Legislature(2015 - 2016)CAPITOL 106
01/21/2016 03:00 PM HEALTH & SOCIAL SERVICES
Note: the audio and video recordings are distinct records and are obtained from different sources. As such there may be key differences between the two. The audio recordings are captured by our records offices as the official record of the meeting and will have more accurate timestamps. Use the icons to switch between them.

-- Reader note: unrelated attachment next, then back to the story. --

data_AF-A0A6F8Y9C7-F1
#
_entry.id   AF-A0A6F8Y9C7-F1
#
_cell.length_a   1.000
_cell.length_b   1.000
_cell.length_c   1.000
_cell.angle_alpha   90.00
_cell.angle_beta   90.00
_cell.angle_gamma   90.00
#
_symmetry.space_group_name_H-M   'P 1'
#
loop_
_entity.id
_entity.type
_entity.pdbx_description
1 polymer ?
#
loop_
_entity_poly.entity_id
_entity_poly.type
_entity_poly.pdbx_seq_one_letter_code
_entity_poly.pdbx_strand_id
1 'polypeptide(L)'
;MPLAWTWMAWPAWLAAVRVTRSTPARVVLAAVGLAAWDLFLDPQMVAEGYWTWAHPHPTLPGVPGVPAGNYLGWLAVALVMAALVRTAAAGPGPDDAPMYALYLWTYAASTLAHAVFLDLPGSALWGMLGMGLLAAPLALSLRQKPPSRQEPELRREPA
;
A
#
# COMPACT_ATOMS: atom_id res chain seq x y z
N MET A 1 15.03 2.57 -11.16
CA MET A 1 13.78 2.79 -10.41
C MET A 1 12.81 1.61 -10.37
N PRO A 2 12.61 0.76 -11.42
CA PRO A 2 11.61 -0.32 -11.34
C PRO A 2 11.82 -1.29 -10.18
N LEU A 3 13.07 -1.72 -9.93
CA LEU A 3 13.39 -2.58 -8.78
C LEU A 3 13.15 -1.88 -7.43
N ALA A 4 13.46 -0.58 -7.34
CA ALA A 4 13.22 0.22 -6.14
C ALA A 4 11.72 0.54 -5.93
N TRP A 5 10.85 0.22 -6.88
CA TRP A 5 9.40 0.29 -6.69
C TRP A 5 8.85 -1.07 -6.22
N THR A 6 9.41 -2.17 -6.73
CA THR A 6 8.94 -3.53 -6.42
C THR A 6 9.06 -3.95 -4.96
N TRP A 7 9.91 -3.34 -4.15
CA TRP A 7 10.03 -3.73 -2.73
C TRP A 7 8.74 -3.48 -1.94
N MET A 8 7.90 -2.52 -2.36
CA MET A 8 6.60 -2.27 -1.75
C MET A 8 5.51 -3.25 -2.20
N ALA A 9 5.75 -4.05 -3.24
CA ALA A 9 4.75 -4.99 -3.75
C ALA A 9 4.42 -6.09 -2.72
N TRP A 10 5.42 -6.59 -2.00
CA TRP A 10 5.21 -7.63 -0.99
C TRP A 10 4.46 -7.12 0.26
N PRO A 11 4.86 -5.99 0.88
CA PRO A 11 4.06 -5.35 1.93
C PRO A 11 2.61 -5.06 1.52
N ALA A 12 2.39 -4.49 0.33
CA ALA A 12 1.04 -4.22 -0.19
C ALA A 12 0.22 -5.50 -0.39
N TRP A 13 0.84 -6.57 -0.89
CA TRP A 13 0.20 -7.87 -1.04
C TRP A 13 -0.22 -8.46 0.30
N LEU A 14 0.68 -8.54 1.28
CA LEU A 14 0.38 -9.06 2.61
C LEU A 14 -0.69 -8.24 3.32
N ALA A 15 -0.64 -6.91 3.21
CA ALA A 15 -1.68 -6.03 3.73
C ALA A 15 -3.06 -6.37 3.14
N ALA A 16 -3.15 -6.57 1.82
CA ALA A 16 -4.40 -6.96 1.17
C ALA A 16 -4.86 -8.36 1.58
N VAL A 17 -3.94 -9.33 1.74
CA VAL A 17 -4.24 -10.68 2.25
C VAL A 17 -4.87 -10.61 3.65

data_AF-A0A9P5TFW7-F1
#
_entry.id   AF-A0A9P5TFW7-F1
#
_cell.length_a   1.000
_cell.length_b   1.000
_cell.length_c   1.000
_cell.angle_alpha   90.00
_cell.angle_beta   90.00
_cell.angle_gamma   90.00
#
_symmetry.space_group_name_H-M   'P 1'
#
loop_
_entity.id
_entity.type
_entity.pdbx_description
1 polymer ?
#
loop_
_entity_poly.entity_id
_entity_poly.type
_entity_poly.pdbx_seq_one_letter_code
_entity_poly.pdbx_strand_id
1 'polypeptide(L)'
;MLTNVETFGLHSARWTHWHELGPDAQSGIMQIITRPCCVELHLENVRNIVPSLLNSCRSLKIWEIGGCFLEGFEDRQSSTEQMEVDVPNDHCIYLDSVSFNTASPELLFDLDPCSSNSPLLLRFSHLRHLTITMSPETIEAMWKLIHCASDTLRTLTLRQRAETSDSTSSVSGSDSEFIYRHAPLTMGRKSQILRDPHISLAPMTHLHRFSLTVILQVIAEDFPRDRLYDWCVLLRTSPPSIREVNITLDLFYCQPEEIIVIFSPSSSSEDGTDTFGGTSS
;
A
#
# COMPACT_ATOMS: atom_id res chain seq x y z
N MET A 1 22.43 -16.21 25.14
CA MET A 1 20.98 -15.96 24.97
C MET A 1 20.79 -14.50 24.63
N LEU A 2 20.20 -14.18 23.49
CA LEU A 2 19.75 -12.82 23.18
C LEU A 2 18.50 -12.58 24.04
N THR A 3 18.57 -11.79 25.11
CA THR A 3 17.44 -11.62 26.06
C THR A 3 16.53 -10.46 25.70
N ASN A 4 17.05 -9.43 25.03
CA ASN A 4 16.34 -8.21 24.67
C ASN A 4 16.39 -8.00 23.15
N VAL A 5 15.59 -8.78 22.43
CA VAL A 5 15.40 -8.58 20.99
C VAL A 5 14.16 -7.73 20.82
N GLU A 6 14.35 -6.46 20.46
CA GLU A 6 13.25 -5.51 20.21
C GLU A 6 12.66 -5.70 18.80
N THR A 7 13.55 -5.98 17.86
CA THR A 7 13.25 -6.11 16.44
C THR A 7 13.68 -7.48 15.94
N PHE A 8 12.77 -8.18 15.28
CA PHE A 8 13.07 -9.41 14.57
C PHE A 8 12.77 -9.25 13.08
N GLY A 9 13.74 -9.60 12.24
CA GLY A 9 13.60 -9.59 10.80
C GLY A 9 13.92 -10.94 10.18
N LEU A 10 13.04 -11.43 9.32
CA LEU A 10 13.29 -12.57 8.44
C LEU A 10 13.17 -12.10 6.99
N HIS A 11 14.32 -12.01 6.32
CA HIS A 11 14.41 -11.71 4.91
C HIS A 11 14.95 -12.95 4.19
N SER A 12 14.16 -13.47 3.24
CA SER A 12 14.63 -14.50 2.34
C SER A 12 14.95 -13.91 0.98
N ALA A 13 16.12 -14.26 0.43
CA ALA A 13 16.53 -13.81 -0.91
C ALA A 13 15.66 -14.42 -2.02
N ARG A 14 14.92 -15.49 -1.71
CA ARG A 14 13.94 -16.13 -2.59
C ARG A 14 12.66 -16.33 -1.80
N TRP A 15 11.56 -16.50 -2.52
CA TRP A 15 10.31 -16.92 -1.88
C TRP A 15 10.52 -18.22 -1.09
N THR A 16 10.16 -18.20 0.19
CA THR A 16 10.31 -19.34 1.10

Download Mp3. <- Right click and save file as
|Presentation: Statewide Suicide Prevention Council|
|Presentation: State Health Information Technology|
* first hearing in first committee of referral
= bill was previously heard/scheduled
= bill was previously heard/scheduled